HARTFORD, Conn. (CN) — Vying to dismiss a suit by his political opponent, Connecticut Governor Dannel P. Malloy told a judge that state Senator Joe Markley is trying to hamstring his executive action on electronic tolls.
Markley, who last month won the Republican nomination for lieutenant governor, brought the suit pro se last month, seeking an injunction against a $10 million toll study that Malloy ordered the Transportation Department to conduct.
Noting that the General Assembly had already failed three times to pass similar legislation regarding toll studies, Markley, who is not an attorney, argued that Malloy overreached with his executive order.
“It’s not just a reckless waste of money now — it sets a precedent for future executive overreach,” Markley said when he filed the lawsuit. “Even by Dan Malloy’s standards, this is an arrogant abuse of power, coming at the expense of Connecticut’s citizens and laws.”
Having removed its toll booths in 1983 after a tractor trailer killed six people at a Stratford toll booth, Connecticut is the only state in New England without some form of electronic highway tolls.
Even though the special transportation fund that the state uses to improve roads has been suffering from a lack new revenue sources, the Legislature is divided on whether to put e-tolls in place. As vehicles become more fuel efficient or completely electric, the fund will continue to become more insolvent as each year goes by — an issue with which states all across the nation are grappling. And because Connecticut is a small state, interstate drivers can easily avoid filling their tanks at Connecticut prices, generally speaking.
The state attorney general’s office brought a motion on Friday to dismiss Markley’s case, saying the state senator “does not allege a single fact to demonstrate whether or how he personally has suffered a legally cognizable injury that differs from that of the public generally.”
“Indeed, the fact that the state may incur marginally higher debt service obligations in and of itself will have no direct or tangible impact on Plaintiff at all,” the motion continues.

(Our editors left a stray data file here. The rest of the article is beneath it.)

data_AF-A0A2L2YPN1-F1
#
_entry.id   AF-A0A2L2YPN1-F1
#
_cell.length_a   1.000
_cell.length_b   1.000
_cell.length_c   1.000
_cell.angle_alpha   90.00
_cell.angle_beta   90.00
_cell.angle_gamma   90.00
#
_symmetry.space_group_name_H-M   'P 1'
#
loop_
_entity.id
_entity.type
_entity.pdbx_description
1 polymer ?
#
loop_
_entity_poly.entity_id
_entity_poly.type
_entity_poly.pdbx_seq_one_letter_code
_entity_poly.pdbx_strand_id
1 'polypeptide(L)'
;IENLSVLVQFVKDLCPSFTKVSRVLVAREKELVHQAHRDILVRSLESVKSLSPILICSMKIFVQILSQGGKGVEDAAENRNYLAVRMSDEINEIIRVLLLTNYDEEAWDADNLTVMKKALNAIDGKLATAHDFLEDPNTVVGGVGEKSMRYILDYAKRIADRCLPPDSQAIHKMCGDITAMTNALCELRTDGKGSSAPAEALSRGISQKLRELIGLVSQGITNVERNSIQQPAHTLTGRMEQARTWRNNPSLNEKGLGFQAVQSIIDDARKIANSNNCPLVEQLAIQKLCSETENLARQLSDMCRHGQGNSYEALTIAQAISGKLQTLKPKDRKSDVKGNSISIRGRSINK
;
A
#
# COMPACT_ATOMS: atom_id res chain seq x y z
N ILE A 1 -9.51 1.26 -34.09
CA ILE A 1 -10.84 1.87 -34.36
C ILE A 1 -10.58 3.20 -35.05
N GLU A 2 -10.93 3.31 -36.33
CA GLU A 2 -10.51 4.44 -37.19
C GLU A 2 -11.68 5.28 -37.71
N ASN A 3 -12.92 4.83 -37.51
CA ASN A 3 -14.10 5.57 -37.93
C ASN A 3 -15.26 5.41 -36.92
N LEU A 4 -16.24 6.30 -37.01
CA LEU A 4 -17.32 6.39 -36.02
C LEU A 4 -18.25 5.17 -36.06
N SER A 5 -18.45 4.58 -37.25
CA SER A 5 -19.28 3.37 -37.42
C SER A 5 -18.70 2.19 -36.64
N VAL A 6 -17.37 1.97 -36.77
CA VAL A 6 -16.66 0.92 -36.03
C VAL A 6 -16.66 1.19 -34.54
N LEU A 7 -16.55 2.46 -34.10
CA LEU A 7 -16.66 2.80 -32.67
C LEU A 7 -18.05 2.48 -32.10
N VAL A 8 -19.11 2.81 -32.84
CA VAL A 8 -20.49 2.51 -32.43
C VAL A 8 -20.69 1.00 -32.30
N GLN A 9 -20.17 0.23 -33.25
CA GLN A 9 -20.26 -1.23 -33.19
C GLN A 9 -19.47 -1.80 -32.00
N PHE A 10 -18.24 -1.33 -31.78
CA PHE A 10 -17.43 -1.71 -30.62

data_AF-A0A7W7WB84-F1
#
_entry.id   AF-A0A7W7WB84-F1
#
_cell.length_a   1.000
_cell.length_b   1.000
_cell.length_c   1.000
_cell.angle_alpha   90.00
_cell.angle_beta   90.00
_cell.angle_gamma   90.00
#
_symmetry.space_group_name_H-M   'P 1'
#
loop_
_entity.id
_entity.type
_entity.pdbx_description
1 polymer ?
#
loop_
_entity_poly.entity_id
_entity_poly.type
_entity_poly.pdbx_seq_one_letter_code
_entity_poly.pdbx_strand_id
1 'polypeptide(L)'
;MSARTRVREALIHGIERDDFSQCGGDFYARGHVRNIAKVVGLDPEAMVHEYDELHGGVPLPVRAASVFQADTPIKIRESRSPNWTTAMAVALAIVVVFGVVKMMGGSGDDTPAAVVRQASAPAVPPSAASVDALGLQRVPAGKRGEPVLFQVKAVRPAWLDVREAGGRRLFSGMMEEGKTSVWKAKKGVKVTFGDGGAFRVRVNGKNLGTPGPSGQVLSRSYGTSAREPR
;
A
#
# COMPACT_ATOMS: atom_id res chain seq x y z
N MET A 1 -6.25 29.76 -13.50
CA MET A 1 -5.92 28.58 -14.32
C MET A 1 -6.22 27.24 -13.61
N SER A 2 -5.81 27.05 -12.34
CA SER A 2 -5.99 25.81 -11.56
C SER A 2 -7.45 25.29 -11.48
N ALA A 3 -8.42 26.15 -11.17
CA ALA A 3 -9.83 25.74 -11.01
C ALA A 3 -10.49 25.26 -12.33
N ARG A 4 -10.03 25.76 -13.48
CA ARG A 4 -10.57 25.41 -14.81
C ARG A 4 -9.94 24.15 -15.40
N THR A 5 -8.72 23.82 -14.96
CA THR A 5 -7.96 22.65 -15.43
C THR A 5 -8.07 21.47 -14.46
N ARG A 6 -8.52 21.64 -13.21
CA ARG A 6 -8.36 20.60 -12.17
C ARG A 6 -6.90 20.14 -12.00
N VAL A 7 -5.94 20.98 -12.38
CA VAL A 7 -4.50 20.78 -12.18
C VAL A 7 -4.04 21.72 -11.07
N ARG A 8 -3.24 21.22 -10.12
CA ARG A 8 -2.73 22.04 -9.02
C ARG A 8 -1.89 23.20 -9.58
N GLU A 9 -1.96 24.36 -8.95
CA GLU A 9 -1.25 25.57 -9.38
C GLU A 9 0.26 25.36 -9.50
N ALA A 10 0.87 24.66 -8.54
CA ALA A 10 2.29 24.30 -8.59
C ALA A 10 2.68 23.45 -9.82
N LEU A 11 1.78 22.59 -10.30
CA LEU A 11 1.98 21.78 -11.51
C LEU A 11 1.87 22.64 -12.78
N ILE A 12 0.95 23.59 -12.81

Assistant Attorney General Micharl Sklod, who signed the 14-page filing, also says Markley failed to demonstrate that Malloy “acted in excess of his statutory or constitutional authority by issuing the Executive Order and seeking legislatively authorized bonding to pay for its implementation.”
Skold says the General Assembly did authorize the funding that the Bond Commission approved on July 25. The 10-member Bond Commission approved the funding for the study by a 6-3 vote with one abstention.
Attacking Markley on the basis of standing as well, Sklod says “it is not enough for plaintiff to allege that his tax dollars ‘contributed to the challenged project’ or that they were used ‘for an improper purpose.’”
“Rather, to have taxpayer standing plaintiff must demonstrate that he either incurred an identifiable tax increase, or that he personally suffered some other ‘great’ and ‘irreparable’ injury as a result of the challenged expenditure,” Skold wrote.
Sklod argued as well that Markley is not owed special consideration as a sitting state senator.
“He is not different and cannot establish standing on that basis,” the motion states. “Indeed, research does not disclose any case in which a Connecticut court has held that the concept of legislative standing actually exists under state law, much less afforded a legislator standing on that basis.”
Markley, who plans to retain an attorney soon, pushed back on the the issue of standing.
“If I don’t, I don’t know which taxpayer would,” Markley said Monday in a phone interview.
Sklod meanwhile said in the Friday motion that sovereign immunity also bars Markley’s suit, noting that “the Legislature expressly has empowered DOT to take the actions contemplated by the Executive Order, and also has authorized bonding to pay for them.”
Oral arguments on the motion to dismiss have been scheduled for 2 p.m., Oct. 22 at Hartford Superior Court.